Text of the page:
Aging Skin and Comorbidities in Atopic dermatitis – Are Advanced Glycation End Products Guilty? : Dataset

Published: 4 February 2020| Version 1 | DOI: 10.17632/dstwbpd2rd.1
, Jun Ki Hong,


Advanced glycation end products (AGEs) interact with the membrane-bound receptor for AGEs (RAGE), consequently amplifying the inflammatory response. Soluble receptor for AGE (sRAGE) and endogenous secretory RAGE (esRAGE) act as decoys for AGE and competitively sequester RAGE ligands, thereby serving a cytoprotective role. Our objective was to investigate AGE expression and their receptors in the serum and skin of patients with atopic dermatitis (AD). In this case-control study, the levels of AGE, sRAGE, and esRAGE were measured in the blood samples and corneocytes of 29 adult patients with AD and 12 healthy controls by ELISA. Corneocyte AGE levels increased in the AD group (P = .002). Higher corneocyte AGE levels were observed in the severe AD than in the mild AD. No significant difference in serum AGE level was observed in patients with AD and healthy controls. Serum sRAGE markedly decreased in patients with AD (P = .007) and serum esRAGE followed a similar trend. In conclusion, dermal accumulation of AGE in AD may have a role in skin inflammation and aging. The potential after-effects of reduced neutralizer on systemic risk need further evaluation.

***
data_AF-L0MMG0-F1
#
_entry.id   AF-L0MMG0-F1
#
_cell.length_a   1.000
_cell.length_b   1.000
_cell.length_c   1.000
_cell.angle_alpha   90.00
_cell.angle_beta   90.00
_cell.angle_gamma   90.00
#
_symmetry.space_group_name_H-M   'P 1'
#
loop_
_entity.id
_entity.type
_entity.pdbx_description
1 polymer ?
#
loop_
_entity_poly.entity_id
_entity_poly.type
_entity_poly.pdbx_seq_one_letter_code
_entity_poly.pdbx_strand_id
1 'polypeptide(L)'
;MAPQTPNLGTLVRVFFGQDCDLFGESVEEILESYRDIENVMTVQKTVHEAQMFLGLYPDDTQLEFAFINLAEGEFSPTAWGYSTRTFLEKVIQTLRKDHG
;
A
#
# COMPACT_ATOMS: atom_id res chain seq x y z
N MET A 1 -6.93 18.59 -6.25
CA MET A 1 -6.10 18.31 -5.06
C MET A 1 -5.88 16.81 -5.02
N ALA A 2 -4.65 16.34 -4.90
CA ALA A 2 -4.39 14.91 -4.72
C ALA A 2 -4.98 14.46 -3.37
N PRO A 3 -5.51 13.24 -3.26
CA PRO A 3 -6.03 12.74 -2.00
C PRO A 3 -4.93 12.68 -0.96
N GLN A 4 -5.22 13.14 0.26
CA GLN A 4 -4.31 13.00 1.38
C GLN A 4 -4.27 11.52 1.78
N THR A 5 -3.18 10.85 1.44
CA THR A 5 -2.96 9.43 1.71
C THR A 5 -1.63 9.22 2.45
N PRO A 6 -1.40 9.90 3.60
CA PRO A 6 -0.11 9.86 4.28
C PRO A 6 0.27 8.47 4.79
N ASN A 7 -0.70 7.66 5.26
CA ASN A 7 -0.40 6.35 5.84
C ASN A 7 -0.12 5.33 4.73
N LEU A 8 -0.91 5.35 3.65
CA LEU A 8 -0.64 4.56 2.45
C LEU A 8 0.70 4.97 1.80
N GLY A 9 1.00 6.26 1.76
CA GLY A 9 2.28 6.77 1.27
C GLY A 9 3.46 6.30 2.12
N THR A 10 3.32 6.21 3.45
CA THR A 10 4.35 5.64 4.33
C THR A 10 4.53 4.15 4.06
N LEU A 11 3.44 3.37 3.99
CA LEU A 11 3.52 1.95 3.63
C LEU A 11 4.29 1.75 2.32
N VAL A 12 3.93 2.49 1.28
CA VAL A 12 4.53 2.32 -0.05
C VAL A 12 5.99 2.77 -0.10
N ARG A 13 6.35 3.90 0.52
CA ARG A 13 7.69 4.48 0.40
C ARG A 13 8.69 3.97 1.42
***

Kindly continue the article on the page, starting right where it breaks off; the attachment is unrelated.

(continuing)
Chung-Ang University College of Medicine and Graduate School of Medicine


Biomarkers, Inflammation, Advanced Glycation End Product Receptor Affecting Agent, Aging, Atopic Dermatitis